Update on China’s international commercial court

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Judge Gao Xiaoli

Among the many developments flagged in Supreme People’s Court (SPC) President Zhou Qiang’s 2018 report to the National People’s Congress is that the SPC will establish an international commercial tribunal (court)(最 高人民法院国际商事审判庭), as approved by the Central Leading Group for Comprehensively Deepening Reforms. The timing is unknown. The international commercial tribunal (this post will use the term “court”) as is understood clearly, must fit political and technical requirements. This blogpost will look at those, particularly the technical ones, as those are the ones that have escaped the attention of most commentators outside of China.


Although many  articles have been published in the media, both in and out of China after the public announcement to the press about the international commercial court in January, 2018, most of them have little detail on the issues. Some contain uninformed statements, such as the one that quotes an insider at the China Council for the Promotion of International Trade mentioning the use for dispute resolution of “the common law of the United States and European countries” (send the insider back to law school please!).

In the past three months, Judge Gao Xiaoli, deputy head of the SPC’s #4 civil division (photo above), and at least one other person at the SPC has released some information about the court, all of which seems to have eluded international discussions. For those who are not aficionados of Chinese foreign-related dispute resolution, Judge Gao (who often appears at UNCITRAL or international arbitration related conferences or seminars) outside as well as inside mainland China, is a formidable presence in the courtroom. Thanks to the SPC’s streaming of court hearings, it is now possible to see that from any corner of the world.  She is also an impressive speaker. Judge Gao is representative of the judges engaged in technical legal work at the SPC, with a PhD in law from one of China’s leading law schools and experience studying abroad.

Political requirements

On the political requirements, there are at least two, both previously highlighted in this blog.  The more general one was highlighted one year ago–the establishment of the international commercial court relates to a sentence in the Fourth Plenum Decision:

Vigorously participate in the formulation of international norms, promote the handling of foreign-related economic and social affairs according to the law, strengthen our country’s discourse power and influence in international legal affairs, use legal methods to safeguard our country’s sovereignty, security, and development interests.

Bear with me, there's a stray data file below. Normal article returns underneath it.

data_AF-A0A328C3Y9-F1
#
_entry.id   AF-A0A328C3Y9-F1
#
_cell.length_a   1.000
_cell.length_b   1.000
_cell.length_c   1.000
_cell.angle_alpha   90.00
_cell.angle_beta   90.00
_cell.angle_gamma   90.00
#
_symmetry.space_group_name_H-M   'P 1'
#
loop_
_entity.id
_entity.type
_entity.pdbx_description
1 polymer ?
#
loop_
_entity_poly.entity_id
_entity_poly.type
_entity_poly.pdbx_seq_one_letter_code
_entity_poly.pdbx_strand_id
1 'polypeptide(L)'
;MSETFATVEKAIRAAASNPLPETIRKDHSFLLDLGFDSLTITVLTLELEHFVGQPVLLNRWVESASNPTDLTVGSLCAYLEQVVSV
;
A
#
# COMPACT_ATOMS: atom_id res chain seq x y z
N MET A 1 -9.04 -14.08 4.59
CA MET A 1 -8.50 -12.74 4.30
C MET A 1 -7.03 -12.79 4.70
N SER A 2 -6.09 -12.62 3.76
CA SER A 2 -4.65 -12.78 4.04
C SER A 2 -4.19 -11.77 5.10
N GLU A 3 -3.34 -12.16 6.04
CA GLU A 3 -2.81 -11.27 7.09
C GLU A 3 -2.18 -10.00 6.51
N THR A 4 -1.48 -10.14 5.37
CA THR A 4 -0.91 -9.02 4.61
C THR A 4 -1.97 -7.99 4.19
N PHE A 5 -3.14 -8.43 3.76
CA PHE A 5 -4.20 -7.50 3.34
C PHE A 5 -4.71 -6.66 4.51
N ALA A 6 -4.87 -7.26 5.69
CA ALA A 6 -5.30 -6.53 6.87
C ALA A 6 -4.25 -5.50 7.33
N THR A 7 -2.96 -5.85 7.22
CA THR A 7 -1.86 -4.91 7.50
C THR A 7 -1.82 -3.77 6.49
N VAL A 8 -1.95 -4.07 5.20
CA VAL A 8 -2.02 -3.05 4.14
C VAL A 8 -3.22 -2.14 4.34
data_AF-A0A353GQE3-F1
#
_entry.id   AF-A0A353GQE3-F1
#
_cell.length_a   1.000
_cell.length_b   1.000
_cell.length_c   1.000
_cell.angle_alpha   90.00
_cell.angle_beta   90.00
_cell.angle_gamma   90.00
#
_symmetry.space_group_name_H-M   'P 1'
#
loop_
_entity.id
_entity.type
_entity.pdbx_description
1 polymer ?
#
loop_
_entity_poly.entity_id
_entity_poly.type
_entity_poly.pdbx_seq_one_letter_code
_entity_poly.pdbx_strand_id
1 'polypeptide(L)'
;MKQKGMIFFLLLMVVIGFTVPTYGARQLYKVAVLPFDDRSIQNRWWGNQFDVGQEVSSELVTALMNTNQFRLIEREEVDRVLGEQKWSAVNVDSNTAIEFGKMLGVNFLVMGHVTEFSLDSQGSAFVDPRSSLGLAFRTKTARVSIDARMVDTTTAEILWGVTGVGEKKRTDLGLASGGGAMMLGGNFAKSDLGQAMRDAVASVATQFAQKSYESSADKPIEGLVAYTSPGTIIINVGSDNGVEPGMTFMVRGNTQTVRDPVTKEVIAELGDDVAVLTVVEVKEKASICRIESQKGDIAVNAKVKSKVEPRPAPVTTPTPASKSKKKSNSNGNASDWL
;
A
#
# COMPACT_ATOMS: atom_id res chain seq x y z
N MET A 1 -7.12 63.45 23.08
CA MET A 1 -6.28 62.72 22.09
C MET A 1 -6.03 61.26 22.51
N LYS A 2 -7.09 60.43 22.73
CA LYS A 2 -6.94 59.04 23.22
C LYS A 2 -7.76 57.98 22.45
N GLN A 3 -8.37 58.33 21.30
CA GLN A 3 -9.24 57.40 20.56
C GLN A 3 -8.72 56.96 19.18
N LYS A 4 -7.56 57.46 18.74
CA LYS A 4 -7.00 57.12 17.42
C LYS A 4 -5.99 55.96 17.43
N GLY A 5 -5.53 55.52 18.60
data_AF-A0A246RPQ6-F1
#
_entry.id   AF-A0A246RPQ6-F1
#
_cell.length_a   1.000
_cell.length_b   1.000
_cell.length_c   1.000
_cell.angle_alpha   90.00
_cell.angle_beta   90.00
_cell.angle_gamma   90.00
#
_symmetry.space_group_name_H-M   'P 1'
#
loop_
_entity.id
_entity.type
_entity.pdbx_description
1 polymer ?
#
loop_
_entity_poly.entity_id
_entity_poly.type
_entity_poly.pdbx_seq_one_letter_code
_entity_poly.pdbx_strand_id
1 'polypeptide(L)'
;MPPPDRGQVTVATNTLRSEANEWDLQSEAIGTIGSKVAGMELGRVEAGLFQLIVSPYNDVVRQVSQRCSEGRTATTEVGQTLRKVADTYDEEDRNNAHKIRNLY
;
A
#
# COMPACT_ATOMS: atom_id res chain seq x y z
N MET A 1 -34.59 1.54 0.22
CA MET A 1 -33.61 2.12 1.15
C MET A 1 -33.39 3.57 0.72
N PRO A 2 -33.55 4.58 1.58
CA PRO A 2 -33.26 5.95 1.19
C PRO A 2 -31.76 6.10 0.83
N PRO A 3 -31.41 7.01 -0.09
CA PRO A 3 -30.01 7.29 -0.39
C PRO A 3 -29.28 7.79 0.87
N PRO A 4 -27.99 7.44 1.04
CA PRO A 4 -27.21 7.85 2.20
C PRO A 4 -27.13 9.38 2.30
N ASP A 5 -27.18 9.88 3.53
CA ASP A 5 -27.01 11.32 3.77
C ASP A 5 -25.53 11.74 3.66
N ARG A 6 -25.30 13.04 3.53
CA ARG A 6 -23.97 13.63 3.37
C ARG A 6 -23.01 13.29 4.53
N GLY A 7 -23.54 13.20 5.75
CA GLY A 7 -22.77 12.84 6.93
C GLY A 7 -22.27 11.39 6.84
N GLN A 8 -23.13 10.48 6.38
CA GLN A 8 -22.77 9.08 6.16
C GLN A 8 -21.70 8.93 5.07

More specifically, it appears to be the civil and commercial counterpart to the efforts noted on this blog two years ago (concerning dispute resolution in maritime cases),  part of a push to move the locus of China-related dispute resolution from London and other centers in Europe (or elsewhere) to China, where Chinese parties will encounter a more familiar dispute resolution system.

The other political requirement relates to the need to serve major government strategies, the BRI/OBOR one in particular, discussed in this blogpost.  President Zhou Qiang’s 2018 NPC report, as his 2016 report (and presumably 2017 report) contain the phrase “provided service for the country’s major strategies.” As a central government institution, the SPC must do its part to support national major strategies. Since BRI/OBOR has been initiated, President Zhou Qiang’s report has mentioned  BRI/OBOR as one of those major strategies for which the SPC has provided service.

Technical requirements

Further background

The sources that previous commentators missed include the following:

In the press interview, Judge Gao reviews what the SPC has done so far in this area, including several developments previously highlighted on this blog:

  • SPC’s One Belt One Road (BRI/OBOR) policy document;
  • SPC’s OBOR/BRI model/typical cases (see above link and translations by the Stanford Guiding Cases project found here);
  • SPC’s judicial interpretation on demand guarantees, that blogpost explains that with so many Chinese companies focusing on infrastructure projects overseas, Chinese banks have issued billions of dollars in demand guarantees.

 Technical issues

The SPC is looking at three types of investment and trade disputes:

  • state-state disputes (for China, generally WTO);
  • investor-state disputes (ICSID and other institutions, generally using UNCITRAL rules (note that CIETAC and the Shenzhen Court of International Arbitration (SCIA) also have amended their rules to be able to take investor-state disputes, with SCIA using the UNCITRAL rules;